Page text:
Malaysia’s Lockdown Leads Economists to Lower Growth Estimates

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Malaysia’s new national lockdown to fight a surge in Covid cases could shave as much as two percentage points off economic growth this year, according to analysts’ estimates.

The restrictions that kick in June 1 will be a “bane to recovery” and lead to economic losses of about 1 billion ringgit ($242 million) a day in the first phase, which is expected to last two weeks, CGS-CIMB analysts Ivy Ng, Michelle Chia and Nagulan Ravi wrote in a research note Monday.

That’s milder than the blow from Malaysia’s first round of restrictions last year, which cost the economy 2.4 billion ringgit a day and pushed gross domestic product for April-June 2020 to its worst showing since 1998.

Malaysia’s Lockdown Leads Economists to Lower Growth Estimates

“Growth of around 4% for the year looks increasingly likely, even if it marks a sizable downtick from our earlier expectation of 6%,” said Wellian Wiranto, an economist at Oversea-Chinese Banking Corp. in Singapore. “Like a marathoner with some ways to go before the finish line, the best hope now is that, despite the painful stumble, no serious harm has been done and that the economy can pick itself up again soon enough.”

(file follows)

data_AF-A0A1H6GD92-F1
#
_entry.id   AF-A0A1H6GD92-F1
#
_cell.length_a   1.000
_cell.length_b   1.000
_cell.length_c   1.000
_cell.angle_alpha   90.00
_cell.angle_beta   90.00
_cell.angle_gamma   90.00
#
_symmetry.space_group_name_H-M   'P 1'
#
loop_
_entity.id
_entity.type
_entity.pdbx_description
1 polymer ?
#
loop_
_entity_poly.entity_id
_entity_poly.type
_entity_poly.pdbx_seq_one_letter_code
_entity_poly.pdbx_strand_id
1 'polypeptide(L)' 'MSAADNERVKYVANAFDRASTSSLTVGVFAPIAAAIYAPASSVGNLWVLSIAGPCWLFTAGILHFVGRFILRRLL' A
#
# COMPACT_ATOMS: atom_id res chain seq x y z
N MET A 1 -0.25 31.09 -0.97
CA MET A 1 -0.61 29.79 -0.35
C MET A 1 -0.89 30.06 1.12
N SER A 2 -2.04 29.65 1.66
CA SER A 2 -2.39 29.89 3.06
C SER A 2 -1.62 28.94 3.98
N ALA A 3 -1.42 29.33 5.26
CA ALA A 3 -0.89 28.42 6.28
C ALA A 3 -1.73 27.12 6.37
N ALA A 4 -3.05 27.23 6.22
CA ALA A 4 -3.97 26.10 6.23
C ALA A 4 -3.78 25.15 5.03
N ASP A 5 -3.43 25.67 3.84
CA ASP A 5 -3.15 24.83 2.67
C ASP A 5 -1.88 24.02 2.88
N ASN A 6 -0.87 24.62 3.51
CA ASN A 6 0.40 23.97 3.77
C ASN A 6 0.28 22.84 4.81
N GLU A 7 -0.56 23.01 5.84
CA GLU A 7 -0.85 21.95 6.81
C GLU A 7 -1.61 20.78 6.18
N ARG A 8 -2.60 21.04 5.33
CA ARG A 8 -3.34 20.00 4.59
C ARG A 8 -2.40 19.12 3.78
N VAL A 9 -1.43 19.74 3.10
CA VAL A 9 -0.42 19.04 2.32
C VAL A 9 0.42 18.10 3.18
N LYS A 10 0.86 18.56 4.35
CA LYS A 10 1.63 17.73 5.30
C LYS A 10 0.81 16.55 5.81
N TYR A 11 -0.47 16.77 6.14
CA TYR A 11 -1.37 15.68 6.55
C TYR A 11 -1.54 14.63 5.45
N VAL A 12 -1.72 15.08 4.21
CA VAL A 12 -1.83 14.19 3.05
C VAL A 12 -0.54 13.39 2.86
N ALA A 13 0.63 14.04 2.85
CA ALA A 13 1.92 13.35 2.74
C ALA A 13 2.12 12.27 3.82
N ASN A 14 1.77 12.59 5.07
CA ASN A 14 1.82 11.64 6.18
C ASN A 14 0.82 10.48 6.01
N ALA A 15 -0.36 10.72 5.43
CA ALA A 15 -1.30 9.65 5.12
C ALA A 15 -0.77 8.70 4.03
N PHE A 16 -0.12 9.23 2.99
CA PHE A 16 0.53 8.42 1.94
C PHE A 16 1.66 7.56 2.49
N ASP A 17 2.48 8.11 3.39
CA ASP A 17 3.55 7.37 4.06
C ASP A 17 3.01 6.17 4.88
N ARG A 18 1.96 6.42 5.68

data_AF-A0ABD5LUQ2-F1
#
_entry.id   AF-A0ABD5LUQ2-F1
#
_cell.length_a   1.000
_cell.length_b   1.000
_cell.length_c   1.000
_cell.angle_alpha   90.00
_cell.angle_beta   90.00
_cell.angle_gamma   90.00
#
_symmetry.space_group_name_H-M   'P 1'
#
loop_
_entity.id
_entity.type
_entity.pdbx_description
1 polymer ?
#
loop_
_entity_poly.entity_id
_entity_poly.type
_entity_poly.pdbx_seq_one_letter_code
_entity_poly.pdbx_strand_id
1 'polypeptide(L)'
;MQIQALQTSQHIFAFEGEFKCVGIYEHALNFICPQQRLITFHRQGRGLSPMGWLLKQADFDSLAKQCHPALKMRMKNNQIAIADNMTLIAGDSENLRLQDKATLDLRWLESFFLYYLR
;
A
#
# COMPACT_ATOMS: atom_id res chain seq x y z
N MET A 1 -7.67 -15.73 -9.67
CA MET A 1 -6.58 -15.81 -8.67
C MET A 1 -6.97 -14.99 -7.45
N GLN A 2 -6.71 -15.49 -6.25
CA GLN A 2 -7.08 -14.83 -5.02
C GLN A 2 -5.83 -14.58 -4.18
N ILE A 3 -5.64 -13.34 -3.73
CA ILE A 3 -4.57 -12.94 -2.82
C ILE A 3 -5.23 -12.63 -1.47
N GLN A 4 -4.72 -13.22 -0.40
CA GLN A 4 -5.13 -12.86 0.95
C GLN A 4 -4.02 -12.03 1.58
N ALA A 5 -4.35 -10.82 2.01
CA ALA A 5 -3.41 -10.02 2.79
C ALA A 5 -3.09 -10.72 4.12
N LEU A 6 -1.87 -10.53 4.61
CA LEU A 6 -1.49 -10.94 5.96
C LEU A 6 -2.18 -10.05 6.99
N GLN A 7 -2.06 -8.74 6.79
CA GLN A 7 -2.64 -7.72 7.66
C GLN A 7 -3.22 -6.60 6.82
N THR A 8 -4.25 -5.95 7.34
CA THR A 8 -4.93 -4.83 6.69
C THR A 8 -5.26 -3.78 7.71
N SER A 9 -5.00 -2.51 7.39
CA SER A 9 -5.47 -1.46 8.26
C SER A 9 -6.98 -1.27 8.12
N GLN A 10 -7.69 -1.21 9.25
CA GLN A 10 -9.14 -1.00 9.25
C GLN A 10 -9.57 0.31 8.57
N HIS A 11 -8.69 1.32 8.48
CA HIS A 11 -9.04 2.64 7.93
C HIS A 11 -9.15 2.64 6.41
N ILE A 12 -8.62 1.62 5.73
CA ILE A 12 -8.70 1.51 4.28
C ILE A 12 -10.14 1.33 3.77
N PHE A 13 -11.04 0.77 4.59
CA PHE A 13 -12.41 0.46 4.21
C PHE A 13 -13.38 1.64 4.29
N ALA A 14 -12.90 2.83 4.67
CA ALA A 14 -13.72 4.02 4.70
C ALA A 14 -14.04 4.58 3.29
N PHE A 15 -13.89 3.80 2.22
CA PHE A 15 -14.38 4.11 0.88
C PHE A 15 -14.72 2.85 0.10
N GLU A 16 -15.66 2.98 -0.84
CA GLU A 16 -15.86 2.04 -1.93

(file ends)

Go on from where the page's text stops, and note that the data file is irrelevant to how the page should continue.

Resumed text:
That’s a larger blow than the one seen by the CGS-CIMB analysts, who cut their GDP estimate to 4.4% from 5.7% earlier. Malaysia’s central bank expects the economy to expand 6%-7.5% this year.

Consumer-related industries are most at risk from steps to limit movement to a 10-kilometer (6.2-mile) radius and close shopping malls except for essential businesses, analysts at MIDF wrote in a research note. That includes retail and wholesale businesses, property, automotive and transport industries.

“We foresee GDP growth for this year to be lower at 4.6%, compared to our previous forecast of 6.2%,” the MIDF researchers wrote.

To be sure, not all analysts are cutting their projections. Although the government bills the steps as a “total lockdown,” many important sectors will remain open at reduced capacity.

That means the impact will be just a “temporary setback,” RHB analysts Sailesh K. Jha, Suresh Rama, and Ahmad Nazmi Idrus wrote Monday. They maintained their full-year GDP forecast at 5.4%.

“With the need to support the economy and given limited fiscal space, we are likely to see some form of unconventional measures by the government,” they wrote. That could include maximizing the debt-to-GDP ratio and repurposing parts of the national budget.

©2021 Bloomberg L.P.

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